Our start to day three was a foreshadow of things to come. Once again we executed a perfect departure under sail, and then promptly stuck it in the mud on the opposite bank. I had forgot to put the center board down so now we were pinned to the shore by the wind and looking like right fools. After thrashing about in the mud and running the motor we headed out into the land cut with our tail between our legs.
Day three was scheduled to be a short day so most of the fleet had decided to stay behind for a leisurely morning and breakfast in the shade. For us it was a repeat of the first two days. Light winds in the morning building to 20+ in the afternoon. Our next camp was south of Corpus Christie just north of Bird Island. On paper the navigation could not have been easier. This was yet another camp just off of the intercoastal waterway so all we had to do was watch the numbers on the channel markers and turn when appropriate. Unfortunately that didn’t work out.
Peter was taking the afternoon shift and I was forward camped out on the beanbag monitoring the radio and watching the map. Now I could give a bunch of excuses for what happened next but I won’t. In the end the map, GPS, and marker buoys didn’t agree and before we realized where camp was we were a good five miles downwind. We had missed camp and there was no going back.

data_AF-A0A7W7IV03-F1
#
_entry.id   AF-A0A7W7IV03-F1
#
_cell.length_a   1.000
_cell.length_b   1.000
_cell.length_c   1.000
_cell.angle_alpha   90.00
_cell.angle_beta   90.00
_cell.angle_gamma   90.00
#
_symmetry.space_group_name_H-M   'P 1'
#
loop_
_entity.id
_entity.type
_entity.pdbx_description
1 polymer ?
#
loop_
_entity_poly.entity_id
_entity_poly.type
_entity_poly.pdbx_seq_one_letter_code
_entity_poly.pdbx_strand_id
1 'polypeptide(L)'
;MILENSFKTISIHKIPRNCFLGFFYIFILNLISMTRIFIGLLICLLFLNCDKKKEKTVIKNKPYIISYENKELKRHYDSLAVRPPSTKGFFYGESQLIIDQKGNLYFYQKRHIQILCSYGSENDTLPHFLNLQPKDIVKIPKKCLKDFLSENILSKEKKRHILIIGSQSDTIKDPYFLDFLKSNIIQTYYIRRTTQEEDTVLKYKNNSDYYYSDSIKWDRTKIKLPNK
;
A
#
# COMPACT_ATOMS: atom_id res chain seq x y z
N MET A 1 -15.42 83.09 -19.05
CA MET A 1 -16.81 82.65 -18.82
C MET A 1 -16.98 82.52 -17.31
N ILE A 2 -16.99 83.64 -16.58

As we assessed our situation John and family in their wayfarer pulled along side. They were in the same situation as us so we teamed up to find a camp.
This is where the 200 got real for me. There was no more follow the leader. No designated camp. No fifty boats willing to lend a hand if things went wrong. This is what I came for. We poked and explored little spoil islands until we landed on one with an abandoned fishing shack. When I hopped off the bow I proudly exclaimed “I hereby name you Fuckup Island!”.
The rest of the day was wonderful, we got to know John and his kids, drank beer in the shade and planned our crossing of Corpus Christie bay. It was quite a relief for me to be away from the bulk of the fleet. For some reason there is a lot of posturing and “this is how I would do it” going on with the fleet. Anything you do is judged ad nauseum by the “old salts”. Here it was just the five of us calm and quiet, each crew with their own plans and solely responsible for themselves.
In the wee hours of the morning I woke up with what I thought was a spotlight in my face. “Thank God John and the kids are here, they would never throw a family off the island in the middle of the night” I was thinking to myself. I unzipped the tent ready to make all sorts of excuses as to why I was trespassing on this little bit of land when I realized it wasn’t a spotlight but a full Texas moon. I walked around the island and enjoyed the scene laid out before me. The breeze was warmer, the stars bigger, and the lights of the city were more soothing than almost any time in my life. I took that moment and held it knowing it was a rare thing. I stayed out for an hour or so enjoying life before heading back to bed, and on to the next day.